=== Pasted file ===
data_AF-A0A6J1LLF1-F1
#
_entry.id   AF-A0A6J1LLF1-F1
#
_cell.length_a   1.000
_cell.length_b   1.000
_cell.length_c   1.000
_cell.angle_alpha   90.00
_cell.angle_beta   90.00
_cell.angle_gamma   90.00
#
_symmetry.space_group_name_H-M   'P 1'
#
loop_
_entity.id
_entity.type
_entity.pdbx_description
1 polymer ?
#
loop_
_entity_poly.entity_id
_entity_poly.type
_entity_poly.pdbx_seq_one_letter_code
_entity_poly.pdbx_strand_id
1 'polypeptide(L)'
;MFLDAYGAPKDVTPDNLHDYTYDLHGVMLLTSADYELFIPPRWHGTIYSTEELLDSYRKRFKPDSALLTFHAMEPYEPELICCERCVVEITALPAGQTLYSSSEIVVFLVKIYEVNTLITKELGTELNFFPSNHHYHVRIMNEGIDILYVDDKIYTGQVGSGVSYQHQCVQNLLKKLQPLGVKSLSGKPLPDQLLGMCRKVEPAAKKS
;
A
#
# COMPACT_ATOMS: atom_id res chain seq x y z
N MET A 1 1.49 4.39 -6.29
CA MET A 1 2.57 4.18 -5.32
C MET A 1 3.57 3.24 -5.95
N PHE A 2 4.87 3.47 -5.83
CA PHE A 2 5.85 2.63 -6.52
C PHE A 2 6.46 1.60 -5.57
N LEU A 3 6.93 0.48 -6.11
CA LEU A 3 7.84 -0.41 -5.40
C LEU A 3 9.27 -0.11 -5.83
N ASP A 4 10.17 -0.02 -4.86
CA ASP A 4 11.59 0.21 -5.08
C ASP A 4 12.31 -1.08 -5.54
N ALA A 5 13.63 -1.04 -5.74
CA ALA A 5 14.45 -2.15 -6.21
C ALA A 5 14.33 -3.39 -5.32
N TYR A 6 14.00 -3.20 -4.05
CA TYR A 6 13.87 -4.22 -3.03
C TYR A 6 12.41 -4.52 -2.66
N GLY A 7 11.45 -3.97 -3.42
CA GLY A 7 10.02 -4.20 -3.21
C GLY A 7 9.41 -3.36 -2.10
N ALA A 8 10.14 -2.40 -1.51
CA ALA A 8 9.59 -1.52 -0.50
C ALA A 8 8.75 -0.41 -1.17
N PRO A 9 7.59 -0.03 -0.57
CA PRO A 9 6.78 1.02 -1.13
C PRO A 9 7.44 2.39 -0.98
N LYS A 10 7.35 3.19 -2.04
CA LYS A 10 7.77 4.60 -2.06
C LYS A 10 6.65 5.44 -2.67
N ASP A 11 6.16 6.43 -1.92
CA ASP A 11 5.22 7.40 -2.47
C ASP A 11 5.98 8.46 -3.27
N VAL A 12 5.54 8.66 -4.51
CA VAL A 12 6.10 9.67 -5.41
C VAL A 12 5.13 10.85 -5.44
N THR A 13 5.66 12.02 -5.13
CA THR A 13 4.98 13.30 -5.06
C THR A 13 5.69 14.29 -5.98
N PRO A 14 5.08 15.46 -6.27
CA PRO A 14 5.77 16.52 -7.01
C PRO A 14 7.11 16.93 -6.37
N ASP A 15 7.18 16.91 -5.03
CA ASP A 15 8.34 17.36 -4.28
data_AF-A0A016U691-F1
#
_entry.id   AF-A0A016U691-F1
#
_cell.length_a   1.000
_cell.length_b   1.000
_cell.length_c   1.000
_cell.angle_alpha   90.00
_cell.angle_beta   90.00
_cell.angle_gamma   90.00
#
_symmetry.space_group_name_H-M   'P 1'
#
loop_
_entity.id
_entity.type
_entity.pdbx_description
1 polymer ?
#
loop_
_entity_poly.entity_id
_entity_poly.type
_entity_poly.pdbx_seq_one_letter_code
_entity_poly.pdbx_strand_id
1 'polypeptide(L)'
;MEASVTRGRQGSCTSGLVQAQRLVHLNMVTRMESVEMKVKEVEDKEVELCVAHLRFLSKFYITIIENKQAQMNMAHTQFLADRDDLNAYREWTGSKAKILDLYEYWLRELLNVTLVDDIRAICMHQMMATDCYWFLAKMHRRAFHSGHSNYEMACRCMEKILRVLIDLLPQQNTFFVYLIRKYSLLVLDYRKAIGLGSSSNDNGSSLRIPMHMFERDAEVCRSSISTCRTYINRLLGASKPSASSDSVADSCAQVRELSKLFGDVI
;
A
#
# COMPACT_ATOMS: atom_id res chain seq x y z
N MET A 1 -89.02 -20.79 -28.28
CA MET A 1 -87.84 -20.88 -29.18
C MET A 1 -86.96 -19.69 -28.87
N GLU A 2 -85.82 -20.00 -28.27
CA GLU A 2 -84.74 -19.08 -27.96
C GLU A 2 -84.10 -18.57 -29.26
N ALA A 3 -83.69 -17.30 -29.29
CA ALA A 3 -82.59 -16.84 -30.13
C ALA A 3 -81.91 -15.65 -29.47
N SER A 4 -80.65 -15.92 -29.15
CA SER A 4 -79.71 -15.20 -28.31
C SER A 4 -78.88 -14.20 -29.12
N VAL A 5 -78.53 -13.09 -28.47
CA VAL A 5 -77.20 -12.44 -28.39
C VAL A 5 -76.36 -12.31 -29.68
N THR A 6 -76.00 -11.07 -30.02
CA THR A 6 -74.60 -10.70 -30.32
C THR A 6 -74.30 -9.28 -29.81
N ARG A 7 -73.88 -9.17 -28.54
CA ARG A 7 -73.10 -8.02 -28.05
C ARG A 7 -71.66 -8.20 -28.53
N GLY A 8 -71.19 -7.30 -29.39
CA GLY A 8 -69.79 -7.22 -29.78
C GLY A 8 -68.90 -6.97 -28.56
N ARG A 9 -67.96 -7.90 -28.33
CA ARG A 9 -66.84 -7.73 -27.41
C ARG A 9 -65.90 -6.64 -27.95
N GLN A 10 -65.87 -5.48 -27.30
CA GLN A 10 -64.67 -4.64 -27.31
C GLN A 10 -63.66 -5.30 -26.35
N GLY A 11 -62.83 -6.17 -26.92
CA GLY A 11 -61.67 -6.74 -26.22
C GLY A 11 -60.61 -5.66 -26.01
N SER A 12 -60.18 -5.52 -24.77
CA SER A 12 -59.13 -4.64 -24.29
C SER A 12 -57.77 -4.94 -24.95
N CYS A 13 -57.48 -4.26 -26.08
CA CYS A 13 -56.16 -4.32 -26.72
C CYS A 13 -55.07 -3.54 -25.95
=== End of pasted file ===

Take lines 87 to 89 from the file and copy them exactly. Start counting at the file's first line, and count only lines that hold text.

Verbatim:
#
loop_
_entity.id